Howard Health Initiative Ready to Enroll Uninsured

Howard County Executive Ken Ulman, center, said the county is well suited to attempting such a program.
Howard County Executive Ken Ulman, center, said the county is well suited to attempting such a program. (By Katherine Frey -- The Washington Post)
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By Lori Aratani
Washington Post Staff Writer
Tuesday, September 30, 2008

Howard County will launch an ambitious effort this week to offer medical coverage to uninsured residents for as little as $50 a month and already has 1,200 county residents lined up to enroll.

County officials said they developed the Healthy Howard initiative to give legal residents access to a doctor, to reduce crowds in emergency rooms and to lower health-care costs for everyone. The effort comes as jurisdictions across the nation look for ways to address the growing population of people without health insurance.

"Yes, we're stepping out on a limb, but our feeling is we can't continue to wait for our national government to get its act together," said County Executive Ken Ulman (D). "The state is making progress in covering more uninsured, but there still will be a gap. We want to create a model that may help improve the system and the way we approach the uninsured."

For one month, beginning tomorrow, county residents can sign up for the program, which will provide as many as six visits a year to primary-care doctors (women will receive an additional OB/GYN visit under the program), free in-patient hospital care, mental health care, discount prescriptions and other services that would probably cost thousands of dollars if participants had to pay out of pocket. Those enrolled will also be assigned coaches to help them work out personal health plans.

The county and private foundations will pitch in money, and local doctors will provide free or reduced cost services to help keep fees within reach for those currently uninsured.

Officials said they expect most of the participants to be working adults who make too much to qualify for state and federal programs but not enough to afford care. A single person with an income at or below 200 percent of the federal poverty level would pay about $50 a month; a couple with a family income up to 300 percent of the poverty level would pay about $115. For an additional $1.65 a month, they can also buy coverage for basic dental care.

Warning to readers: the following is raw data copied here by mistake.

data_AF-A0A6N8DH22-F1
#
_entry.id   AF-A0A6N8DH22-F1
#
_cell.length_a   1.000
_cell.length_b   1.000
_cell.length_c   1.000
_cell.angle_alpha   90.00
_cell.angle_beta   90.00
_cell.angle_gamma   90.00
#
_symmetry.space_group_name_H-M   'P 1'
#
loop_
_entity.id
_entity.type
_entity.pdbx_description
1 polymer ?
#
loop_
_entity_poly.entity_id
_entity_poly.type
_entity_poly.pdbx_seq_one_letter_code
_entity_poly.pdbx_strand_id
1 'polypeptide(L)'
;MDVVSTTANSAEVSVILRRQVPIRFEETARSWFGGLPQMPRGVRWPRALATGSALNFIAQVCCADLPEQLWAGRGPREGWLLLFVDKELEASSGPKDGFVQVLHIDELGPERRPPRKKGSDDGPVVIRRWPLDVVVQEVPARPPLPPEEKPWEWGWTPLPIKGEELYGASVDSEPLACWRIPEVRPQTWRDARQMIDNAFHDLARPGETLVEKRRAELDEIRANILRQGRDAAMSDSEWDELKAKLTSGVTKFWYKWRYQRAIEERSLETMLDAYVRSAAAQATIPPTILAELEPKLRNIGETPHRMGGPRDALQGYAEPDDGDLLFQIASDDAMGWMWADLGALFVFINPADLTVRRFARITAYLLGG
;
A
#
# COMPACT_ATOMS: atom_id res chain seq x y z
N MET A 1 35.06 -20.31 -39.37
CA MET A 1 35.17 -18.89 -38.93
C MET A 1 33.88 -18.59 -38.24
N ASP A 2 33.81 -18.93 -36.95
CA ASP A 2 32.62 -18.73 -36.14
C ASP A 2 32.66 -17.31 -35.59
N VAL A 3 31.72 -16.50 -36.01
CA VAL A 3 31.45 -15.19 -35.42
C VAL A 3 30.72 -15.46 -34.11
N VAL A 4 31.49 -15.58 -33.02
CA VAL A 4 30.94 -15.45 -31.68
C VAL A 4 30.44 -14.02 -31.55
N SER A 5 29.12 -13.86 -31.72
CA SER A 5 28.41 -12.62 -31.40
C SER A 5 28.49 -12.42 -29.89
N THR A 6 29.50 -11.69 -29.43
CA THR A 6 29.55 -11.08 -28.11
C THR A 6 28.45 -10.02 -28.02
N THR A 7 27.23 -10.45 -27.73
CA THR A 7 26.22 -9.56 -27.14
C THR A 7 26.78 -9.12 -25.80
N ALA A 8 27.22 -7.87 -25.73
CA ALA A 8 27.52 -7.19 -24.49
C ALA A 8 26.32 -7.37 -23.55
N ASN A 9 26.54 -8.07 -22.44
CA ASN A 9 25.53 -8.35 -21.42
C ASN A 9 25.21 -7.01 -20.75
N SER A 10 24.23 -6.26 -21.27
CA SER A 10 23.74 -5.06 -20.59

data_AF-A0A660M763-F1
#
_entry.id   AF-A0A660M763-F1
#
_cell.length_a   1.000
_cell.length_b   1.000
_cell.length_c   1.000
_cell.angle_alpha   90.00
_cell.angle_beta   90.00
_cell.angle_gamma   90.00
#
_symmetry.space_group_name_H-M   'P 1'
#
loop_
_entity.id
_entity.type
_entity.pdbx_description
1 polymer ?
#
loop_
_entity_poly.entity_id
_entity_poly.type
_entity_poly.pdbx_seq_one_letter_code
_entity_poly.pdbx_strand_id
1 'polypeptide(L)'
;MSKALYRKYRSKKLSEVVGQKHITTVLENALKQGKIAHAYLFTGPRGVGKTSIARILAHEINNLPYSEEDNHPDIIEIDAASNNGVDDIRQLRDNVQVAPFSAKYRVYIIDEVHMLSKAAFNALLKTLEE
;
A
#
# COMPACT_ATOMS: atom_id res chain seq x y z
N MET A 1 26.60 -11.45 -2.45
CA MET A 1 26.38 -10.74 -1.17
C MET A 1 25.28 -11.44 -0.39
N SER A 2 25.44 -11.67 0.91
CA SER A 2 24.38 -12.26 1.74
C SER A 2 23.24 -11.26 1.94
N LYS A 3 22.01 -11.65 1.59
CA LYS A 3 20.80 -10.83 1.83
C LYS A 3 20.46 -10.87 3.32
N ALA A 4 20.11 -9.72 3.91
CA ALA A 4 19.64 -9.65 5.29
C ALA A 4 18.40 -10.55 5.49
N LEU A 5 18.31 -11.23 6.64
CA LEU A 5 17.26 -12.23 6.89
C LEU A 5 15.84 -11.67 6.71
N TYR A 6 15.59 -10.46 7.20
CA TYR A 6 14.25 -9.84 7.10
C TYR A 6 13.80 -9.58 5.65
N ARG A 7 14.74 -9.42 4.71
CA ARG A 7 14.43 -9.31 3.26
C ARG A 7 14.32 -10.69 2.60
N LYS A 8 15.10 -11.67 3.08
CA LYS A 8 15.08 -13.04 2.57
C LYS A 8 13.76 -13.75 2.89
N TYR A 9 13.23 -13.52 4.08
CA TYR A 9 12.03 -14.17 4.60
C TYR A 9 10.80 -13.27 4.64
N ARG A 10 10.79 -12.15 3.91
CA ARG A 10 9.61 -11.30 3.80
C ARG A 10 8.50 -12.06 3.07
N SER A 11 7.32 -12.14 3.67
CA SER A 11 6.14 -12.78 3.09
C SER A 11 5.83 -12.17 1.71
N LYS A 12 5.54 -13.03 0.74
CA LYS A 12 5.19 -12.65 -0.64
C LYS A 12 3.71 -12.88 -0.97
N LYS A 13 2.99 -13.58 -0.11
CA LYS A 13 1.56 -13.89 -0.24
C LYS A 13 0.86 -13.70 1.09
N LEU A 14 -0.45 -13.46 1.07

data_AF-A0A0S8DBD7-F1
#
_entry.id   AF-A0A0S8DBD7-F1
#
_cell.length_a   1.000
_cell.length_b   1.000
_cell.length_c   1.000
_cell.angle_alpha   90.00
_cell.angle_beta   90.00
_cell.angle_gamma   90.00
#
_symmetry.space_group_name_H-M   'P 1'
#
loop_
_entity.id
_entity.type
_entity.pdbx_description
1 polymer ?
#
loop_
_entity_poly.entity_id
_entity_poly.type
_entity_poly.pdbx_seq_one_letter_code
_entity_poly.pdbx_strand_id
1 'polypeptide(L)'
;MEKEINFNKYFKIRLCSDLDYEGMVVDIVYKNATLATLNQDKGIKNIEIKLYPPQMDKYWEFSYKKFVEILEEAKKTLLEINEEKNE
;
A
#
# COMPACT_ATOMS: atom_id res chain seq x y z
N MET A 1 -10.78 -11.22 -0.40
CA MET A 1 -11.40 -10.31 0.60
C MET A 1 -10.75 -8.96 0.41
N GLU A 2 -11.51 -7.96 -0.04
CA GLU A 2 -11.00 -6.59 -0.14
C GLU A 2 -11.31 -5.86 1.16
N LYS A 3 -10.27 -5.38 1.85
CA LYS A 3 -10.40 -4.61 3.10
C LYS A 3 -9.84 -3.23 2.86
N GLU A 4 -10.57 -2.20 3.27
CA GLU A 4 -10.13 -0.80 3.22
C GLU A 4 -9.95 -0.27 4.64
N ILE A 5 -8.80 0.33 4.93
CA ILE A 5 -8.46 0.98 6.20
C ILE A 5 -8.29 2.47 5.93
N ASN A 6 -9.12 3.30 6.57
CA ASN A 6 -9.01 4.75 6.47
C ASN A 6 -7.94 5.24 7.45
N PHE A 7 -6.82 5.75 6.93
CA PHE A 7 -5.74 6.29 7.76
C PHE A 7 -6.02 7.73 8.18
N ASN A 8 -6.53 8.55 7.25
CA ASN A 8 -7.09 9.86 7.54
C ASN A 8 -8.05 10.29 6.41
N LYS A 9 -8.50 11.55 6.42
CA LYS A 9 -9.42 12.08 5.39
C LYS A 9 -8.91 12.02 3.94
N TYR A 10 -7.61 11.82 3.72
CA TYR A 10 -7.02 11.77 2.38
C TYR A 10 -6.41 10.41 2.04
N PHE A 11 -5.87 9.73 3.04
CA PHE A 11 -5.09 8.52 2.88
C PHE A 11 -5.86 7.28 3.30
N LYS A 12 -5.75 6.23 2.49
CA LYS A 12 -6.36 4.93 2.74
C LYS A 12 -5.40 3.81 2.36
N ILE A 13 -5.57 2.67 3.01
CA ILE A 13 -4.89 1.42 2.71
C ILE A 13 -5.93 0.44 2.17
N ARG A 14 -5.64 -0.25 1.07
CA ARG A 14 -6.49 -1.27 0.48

Most children are expected to be covered by state and federal programs, officials said.

The program has been a priority for Ulman, who announced its formation last October. Ulman, elected county executive in 2006, has said Howard is ideally situated to undertake such an effort because of its progressive politics, its relatively small number of uninsured residents and its status as one of the wealthiest jurisdictions in the country.

In its first year, Healthy Howard will be open to 2,200 of the estimated 15,000 Howard adults who lack health coverage, officials said. They said many of the participants are likely to be people who have jobs but lack insurance. They are careful to note that the $2.8 million program does not provide insurance and cannot be used outside county limits.

"This is access, not insurance," said Peter Beilenson, the county's health officer.

The program is open to legal residents of the county who have been uninsured for at least a year, a requirement designed to prevent companies from dumping insured patients into the county's pool.

Doctor visits will not begin until January. Beilenson said if applicants exceed available spots, a lottery will be held. Officials hope to add up to 2,000 enrollees a year thereafter, but they said the number will depend on how the program works in its first year.

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